Hello and welcome to Oversharing, a newsletter about the proverbial sharing economy. If you're returning from last week, thanks! If you're new, nice to have you! (Over)share the love and tell your friends to sign up here.
I forgot to mention that earlier this month, March 14, was Oversharing’s birthday! It is now a terrible three-year-old. Happy birthday, Oversharing!
Uber is buying Middle East rival Careem for $3.1 billion, with a combination of cash and debt. The company is paying $1.4 billion in cash and $1.7 billion in notes that convert at $55 a share, 12% higher than the $49-a-share investors paid in Uber’s September 2018 financing.
Careem co-founder and CEO Mudassir Sheikha will stay on to lead Careem, with Careem and Uber operating as independent brands. The deal solidifies Uber’s position in a region of some 400 million people—Careem’s major markets include Egypt, Jordan, Pakistan, Saudi Arabia, and the United Arab Emirates—and the home ofx one of its biggest backers, the Saudi Public Investment Fund, which gave Uber a previously unheard of $3.5 billion in 2016. The Saudi sovereign wealth fund is also the primary financier of Softbank’s Vision Fund, another major Uber investor. The deal is subject to regulatory approval in multiple countries, which isn’t expected before the first quarter of 2020.
Buying Careem is an important step for Uber, which has a history of ceding to its international rivals. In China, Uber sold its operations to Didi Chuxing in August 2016 in exchange for a 17.5% stake in the Chinese ride-hail company. In Russia, Uber sold to search giant Yandex, in a deal valued at $3.7 billion that gave Uber a 36.6% stake in the merged entity. In Southeast Asia, Uber sold to Grab in March 2018 in a deal that gave Uber a 27.5% stake in Grab and Khosrowshahi a seat on the company’s board. That deal received intense scrutiny from Singapore regulators, who deemed it anticompetitive and threatened to block it before issuing restrictions and minor fines to each company instead.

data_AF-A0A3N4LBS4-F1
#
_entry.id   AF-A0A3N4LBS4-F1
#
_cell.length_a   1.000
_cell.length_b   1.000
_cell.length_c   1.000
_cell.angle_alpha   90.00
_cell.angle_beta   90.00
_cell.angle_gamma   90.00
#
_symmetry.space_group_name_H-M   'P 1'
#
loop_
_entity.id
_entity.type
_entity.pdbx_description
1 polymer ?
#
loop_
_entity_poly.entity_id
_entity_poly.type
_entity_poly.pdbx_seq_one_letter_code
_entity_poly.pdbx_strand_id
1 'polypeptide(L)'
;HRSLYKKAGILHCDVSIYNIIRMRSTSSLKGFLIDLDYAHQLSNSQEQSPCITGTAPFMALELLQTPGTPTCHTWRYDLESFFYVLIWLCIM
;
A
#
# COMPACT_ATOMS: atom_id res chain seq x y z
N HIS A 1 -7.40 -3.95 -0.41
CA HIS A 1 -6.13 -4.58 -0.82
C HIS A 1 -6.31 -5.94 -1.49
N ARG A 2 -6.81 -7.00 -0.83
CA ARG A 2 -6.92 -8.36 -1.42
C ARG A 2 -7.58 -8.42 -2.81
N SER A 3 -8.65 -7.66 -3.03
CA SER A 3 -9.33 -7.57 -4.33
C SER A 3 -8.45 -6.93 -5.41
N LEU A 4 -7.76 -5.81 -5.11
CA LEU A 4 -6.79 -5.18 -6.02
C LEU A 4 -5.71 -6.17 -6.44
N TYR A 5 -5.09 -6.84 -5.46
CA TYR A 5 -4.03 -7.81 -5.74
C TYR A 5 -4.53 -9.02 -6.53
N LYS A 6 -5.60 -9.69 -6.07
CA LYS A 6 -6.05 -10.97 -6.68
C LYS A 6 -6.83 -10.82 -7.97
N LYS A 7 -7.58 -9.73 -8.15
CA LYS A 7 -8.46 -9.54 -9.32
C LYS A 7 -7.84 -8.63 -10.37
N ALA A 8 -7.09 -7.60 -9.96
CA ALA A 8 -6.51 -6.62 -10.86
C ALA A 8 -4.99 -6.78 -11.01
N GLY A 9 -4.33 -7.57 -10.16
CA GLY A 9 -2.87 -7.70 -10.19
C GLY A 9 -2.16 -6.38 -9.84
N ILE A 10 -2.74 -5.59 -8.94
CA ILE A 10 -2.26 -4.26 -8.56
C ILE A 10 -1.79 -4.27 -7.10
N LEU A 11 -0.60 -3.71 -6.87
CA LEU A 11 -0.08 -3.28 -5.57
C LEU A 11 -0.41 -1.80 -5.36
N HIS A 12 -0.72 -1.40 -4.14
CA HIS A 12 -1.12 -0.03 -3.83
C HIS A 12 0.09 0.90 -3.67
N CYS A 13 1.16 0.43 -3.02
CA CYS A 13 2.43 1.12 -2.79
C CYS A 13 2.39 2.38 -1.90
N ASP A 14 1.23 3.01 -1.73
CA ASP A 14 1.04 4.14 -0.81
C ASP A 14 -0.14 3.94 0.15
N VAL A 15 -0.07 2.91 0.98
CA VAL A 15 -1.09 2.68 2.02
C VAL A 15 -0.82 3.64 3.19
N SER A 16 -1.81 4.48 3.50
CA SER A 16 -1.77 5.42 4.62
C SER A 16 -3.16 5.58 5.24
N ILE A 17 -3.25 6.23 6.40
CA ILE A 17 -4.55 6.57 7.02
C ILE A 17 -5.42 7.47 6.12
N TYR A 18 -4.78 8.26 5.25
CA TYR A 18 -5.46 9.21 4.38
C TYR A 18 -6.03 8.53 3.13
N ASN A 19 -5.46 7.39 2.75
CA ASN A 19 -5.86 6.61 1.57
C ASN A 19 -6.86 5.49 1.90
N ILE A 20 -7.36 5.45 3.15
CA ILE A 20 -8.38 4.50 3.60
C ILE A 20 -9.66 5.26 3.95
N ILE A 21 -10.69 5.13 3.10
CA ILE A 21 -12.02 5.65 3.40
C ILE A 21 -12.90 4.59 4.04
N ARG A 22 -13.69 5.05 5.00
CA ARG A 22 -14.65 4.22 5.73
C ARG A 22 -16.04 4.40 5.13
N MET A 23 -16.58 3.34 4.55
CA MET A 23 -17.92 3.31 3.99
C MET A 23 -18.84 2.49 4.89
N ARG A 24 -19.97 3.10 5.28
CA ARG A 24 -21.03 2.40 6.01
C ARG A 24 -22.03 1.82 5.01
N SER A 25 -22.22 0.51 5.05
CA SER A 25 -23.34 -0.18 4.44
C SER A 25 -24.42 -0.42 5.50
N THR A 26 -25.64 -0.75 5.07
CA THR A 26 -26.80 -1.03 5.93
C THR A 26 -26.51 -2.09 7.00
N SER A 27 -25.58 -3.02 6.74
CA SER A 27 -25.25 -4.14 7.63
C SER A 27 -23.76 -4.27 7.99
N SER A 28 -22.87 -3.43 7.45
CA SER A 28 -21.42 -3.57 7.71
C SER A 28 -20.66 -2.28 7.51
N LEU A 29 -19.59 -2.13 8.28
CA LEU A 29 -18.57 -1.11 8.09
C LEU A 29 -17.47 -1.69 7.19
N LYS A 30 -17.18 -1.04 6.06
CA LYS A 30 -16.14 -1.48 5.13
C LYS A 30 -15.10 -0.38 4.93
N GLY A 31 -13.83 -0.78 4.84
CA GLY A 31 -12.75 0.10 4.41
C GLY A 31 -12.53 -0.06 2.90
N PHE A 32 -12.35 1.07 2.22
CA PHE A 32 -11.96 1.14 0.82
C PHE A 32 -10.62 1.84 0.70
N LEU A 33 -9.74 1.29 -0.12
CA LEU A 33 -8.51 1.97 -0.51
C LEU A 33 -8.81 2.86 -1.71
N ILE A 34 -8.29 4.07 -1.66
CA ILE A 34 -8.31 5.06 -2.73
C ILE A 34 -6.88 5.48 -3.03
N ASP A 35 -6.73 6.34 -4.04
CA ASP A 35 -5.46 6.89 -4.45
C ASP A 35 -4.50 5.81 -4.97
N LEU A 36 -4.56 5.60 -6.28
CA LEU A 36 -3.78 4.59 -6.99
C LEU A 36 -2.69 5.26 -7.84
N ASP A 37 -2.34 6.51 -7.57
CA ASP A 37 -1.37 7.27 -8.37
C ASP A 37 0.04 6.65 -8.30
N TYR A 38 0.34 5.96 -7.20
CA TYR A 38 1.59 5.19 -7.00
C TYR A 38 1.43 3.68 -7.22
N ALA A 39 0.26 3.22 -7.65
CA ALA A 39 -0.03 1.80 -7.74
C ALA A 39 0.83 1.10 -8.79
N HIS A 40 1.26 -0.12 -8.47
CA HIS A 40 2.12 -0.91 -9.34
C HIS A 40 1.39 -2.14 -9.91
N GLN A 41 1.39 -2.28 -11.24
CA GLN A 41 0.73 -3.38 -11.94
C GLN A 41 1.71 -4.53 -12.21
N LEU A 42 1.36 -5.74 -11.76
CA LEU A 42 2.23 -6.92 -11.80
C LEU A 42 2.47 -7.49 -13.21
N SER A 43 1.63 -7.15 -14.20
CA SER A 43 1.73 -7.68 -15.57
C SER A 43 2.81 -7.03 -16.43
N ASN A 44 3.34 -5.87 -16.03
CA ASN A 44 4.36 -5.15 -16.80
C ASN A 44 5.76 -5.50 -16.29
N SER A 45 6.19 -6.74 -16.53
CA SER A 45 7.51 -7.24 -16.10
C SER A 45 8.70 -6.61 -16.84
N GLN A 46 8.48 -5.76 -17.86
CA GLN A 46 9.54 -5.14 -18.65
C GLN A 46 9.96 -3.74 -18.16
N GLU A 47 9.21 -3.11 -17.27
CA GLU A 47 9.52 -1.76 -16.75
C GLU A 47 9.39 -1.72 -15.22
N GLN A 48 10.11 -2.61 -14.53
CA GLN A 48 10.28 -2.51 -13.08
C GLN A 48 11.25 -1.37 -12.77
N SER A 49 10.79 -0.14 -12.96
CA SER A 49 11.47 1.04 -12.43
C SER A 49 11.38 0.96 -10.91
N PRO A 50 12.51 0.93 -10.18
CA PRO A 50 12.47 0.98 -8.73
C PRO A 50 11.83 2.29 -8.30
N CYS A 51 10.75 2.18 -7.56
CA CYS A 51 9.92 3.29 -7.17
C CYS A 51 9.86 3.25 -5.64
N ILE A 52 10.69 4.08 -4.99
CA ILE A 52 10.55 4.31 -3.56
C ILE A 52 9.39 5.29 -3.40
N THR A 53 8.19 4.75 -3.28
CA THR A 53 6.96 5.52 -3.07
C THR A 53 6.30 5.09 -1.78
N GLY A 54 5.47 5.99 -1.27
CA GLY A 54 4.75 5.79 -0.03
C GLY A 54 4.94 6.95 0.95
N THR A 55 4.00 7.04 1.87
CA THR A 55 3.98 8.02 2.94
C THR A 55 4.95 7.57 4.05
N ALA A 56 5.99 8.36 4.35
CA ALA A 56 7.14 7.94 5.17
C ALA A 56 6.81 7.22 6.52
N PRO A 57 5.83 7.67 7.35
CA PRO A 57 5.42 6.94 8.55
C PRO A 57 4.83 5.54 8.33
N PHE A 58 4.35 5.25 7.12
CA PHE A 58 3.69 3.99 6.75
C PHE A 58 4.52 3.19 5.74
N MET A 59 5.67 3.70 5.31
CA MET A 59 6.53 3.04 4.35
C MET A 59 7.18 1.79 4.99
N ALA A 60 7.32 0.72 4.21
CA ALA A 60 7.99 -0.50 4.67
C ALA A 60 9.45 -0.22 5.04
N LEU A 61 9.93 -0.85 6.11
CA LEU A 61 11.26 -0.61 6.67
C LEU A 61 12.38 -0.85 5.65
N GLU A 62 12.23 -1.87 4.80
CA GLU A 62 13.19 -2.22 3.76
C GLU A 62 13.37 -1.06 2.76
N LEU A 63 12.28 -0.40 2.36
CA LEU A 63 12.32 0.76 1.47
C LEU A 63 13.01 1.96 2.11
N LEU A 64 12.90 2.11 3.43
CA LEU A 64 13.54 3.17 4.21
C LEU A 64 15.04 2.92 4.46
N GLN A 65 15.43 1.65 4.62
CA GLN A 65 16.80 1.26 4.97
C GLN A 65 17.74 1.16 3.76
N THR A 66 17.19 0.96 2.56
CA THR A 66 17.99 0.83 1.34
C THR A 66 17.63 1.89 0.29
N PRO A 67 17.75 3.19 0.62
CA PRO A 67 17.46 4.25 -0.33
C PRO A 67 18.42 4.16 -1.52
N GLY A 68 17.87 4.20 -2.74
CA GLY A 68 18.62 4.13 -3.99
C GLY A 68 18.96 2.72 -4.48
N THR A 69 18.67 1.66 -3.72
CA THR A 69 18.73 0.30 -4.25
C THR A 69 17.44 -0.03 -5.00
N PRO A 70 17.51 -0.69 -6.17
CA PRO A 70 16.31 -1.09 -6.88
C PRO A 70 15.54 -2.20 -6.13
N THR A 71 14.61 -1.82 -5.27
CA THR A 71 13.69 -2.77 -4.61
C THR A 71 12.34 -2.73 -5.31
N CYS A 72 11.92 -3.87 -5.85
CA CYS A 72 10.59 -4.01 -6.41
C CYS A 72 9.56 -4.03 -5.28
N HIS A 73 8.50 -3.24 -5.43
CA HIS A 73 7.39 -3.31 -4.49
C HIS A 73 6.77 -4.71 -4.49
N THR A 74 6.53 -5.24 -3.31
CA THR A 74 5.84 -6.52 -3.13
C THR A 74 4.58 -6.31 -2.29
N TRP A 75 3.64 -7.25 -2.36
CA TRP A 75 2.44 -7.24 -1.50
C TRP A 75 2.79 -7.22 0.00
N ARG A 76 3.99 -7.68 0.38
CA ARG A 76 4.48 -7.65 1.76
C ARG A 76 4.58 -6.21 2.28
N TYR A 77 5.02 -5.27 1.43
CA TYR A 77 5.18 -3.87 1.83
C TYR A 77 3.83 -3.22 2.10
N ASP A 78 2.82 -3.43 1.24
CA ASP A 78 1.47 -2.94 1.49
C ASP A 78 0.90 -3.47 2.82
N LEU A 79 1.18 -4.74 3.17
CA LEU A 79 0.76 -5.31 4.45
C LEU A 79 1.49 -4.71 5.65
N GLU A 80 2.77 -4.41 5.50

Each of these international mergers ended a costly battle in which warring ride-hail companies tried to best the other player first and foremost by outspending them. That was expensive for the companies but also for investors, some of whom, like Softbank, had stakes in both sides, and stood to benefit more from picking a winner than letting regional rivals continue bleeding each other dry.
Uber's situation in the Middle East wasn't any different. In both the second and third quarters of 2018, Uber pointed to the Middle East as an aggressive investment in statements to investors, and a reason for escalating losses. (Uber reported a net loss of $891 million in the second quarter last year and $1.1 billion in the third.) The competition was also costly for Careem, which had raised about $775 million, most recently $200 million from existing investors in October. At the World Economic Forum in Davos in January, the head of Kingdom Holding, Prince Alwaleed Bin Talal’s investment firm and one of Careem’s biggest investors, said the firm supported an Uber-Careem merger.
In a memo to staff sent out shortly before midnight PT on March 25, Uber CEO Dara Khosroswhahi said he’d gotten to know Careem co-founders Sheikha and Magnus Olsson. “They are first-class entrepreneurs who share our platform vision and, like us, have launched a wide range of products—from digital payments to food delivery—to serve customers,” he wrote.